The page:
Mega Scorpion
CR 4
The deserts of Yofga are full of many variations of what might be called regular scorpions. They vary by size and color and the toxicity of their venom. Standing above these arachnids as their god or king is the mega scorpion. These large creatures are often about the size of a krosank, but the stories of desert tribes claim that they have been seen to reach as much as fifteen feet in length. They are an ugly creature with a urine yellow carapace with black splotches of color scattered randomly on their thoraxes. Mega scorpions behave in a manner very similar to their smaller brethren, though their size and the toxicity of their venom allow them to hunt much larger and dangerous prey than their normal brethren. One oddity of the mega scorpion is that its pincers are more agile and have a larger range of motion than typical scorpions, as well as appearing more like hinged clamps or spades than blades. Very little is known about the life cycle of mega scorpions, as they are typically well equipped to slay any researchers studying them, but the odd configurations of their pincers has led many naturalists to conclude that they are great burrowers.

Neko Snake (Knee-ko snake)
CR 4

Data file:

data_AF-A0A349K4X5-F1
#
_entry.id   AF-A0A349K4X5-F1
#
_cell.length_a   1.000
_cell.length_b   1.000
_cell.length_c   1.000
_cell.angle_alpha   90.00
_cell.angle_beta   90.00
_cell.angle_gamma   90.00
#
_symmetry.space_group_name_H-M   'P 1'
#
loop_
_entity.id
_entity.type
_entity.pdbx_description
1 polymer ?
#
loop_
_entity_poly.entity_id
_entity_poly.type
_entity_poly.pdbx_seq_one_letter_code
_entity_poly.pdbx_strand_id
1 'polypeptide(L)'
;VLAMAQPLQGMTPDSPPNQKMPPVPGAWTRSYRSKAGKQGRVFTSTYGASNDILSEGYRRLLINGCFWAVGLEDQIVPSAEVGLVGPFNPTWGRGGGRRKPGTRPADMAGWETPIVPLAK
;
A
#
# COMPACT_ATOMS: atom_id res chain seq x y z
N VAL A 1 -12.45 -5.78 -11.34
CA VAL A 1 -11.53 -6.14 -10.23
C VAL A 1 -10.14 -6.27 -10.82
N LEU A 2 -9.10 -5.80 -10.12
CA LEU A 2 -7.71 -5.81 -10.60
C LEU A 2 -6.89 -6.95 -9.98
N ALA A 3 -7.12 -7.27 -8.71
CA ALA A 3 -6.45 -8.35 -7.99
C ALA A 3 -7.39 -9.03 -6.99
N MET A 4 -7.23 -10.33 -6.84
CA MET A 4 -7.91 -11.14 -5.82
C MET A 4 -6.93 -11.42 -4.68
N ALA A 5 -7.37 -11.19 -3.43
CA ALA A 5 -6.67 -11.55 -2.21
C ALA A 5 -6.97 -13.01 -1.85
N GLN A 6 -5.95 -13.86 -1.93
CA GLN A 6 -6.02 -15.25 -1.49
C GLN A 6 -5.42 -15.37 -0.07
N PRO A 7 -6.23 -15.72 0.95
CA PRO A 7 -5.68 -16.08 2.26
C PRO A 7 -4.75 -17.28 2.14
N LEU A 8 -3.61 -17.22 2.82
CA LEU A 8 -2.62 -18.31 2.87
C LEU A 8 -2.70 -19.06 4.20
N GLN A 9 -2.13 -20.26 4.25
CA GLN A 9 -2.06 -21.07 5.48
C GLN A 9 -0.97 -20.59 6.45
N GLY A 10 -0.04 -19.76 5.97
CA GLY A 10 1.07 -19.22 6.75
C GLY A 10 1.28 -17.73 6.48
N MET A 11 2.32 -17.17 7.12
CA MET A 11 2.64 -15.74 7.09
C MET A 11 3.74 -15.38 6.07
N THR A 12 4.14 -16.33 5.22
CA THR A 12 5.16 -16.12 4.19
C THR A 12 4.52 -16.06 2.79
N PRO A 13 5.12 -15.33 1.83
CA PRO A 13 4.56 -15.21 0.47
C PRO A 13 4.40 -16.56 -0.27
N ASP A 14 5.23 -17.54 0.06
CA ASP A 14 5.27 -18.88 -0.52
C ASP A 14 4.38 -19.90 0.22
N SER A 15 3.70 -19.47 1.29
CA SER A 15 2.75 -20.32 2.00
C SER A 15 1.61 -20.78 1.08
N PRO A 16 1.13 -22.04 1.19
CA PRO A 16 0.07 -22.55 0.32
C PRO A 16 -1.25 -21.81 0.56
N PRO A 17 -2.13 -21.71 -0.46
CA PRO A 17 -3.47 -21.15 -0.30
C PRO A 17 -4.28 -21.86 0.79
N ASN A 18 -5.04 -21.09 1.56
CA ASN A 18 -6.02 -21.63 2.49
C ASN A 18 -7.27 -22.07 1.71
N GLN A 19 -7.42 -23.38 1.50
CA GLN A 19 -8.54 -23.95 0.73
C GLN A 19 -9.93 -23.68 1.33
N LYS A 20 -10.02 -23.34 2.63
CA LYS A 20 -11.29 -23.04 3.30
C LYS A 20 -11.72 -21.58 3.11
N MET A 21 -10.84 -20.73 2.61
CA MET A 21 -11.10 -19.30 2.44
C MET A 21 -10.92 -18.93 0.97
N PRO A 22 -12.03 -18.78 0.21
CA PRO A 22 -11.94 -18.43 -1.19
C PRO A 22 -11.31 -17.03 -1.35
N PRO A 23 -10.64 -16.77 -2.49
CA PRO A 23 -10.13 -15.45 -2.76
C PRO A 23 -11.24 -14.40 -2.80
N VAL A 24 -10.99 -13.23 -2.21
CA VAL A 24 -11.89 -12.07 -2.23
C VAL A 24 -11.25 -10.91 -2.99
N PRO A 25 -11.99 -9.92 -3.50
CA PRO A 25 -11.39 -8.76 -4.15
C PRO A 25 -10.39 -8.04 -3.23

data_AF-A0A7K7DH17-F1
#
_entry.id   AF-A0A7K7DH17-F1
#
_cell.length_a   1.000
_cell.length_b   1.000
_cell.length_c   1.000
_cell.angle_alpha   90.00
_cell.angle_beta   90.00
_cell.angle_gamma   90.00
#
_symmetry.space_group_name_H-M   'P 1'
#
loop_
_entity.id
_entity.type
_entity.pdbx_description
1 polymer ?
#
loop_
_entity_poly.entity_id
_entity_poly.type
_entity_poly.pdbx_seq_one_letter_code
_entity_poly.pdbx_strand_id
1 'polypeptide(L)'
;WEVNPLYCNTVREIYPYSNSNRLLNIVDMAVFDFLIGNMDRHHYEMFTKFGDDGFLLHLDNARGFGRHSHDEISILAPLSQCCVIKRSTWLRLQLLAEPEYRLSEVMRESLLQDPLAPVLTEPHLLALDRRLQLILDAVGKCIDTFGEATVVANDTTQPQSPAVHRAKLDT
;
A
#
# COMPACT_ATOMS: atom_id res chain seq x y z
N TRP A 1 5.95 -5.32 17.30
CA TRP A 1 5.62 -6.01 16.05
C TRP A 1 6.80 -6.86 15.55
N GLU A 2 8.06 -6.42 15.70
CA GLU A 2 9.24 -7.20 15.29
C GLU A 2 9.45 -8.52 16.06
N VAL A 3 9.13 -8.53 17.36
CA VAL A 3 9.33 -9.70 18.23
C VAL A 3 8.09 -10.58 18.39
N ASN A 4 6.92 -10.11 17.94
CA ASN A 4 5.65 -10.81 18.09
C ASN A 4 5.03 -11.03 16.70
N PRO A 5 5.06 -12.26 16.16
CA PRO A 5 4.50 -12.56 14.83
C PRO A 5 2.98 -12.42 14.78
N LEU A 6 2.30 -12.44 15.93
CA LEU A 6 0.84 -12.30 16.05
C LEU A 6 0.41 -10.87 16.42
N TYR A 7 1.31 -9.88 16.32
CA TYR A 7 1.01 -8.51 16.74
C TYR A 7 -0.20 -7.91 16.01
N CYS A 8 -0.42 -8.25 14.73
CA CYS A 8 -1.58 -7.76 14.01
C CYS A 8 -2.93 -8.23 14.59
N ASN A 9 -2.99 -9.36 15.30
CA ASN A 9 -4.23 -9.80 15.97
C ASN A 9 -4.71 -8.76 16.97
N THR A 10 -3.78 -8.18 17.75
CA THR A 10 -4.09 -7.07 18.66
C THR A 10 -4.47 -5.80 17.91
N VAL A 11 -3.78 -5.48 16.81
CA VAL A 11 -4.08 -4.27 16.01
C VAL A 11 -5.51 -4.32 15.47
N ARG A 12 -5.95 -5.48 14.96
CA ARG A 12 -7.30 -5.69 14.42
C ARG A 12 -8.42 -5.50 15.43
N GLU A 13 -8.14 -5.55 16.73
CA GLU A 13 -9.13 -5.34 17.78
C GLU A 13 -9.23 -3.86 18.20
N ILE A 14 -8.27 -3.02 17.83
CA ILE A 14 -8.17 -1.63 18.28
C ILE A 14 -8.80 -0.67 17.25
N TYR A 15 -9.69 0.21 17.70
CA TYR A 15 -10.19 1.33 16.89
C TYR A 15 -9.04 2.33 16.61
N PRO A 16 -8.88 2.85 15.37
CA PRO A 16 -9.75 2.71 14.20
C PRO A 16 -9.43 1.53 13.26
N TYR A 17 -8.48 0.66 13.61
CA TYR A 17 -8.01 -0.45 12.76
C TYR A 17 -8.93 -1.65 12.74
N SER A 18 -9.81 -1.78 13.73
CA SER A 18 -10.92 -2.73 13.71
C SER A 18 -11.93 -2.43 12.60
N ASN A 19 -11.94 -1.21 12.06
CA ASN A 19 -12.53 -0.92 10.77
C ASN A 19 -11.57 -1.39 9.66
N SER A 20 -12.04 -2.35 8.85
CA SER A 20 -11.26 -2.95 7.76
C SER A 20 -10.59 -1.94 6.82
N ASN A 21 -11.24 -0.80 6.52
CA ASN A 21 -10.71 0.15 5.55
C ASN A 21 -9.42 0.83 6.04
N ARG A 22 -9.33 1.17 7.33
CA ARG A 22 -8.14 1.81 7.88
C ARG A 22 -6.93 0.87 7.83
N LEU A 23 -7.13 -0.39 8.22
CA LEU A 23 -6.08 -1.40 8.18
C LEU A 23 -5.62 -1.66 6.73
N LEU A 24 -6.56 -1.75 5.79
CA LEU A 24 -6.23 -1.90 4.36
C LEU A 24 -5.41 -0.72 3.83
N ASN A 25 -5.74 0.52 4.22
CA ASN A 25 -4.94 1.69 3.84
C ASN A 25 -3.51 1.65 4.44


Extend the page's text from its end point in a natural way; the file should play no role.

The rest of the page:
Most of the serpents found on Yofga tend to be small poisonous creatures typically found in the areas where the fertile lands surrounding the cities meets the rocky terrain of the deep desert. The neko snake, long considered the symbol of modern medicine on Yofga, is strange in that it is the only constrictor snake known to inhabit the deep desert, though that is the most minor oddity of the creature. The neko snake is typically ten to fifteen feet in length and possesses a thick, muscular body capable of crushing prey that might be considered far deadlier and stronger than it is. Neko snakes are bizarre serpents in that at about the midpoint of their body, they split into two, and sometimes three, heads. One head is considered male, and the other female, as neko snakes are apparently solitary creatures and are capable of impregnating themselves in a way that biologists and naturalists are not able to understand. Hunters and beast harvesters have found that neko snakes are incredibly hard to kill due to incredible properties of regeneration that they possess. Stories persist of grievously wounded neko snakes having one or more heads severed and returning to life while hunters are in the process of cleaning their kills and harvesting the organs of the serpent. There are also unconfirmed stories of the severed heads of neko snakes growing into new neko snakes. There is a thought process among certain naturalists that this is the means of reproduction for neko snakes, but it has not been confirmed. Because of its strange regenerative properties, many physicians will pay well for access to a neko snake’s liver, spleen, and a good amount of its uncontaminated blood.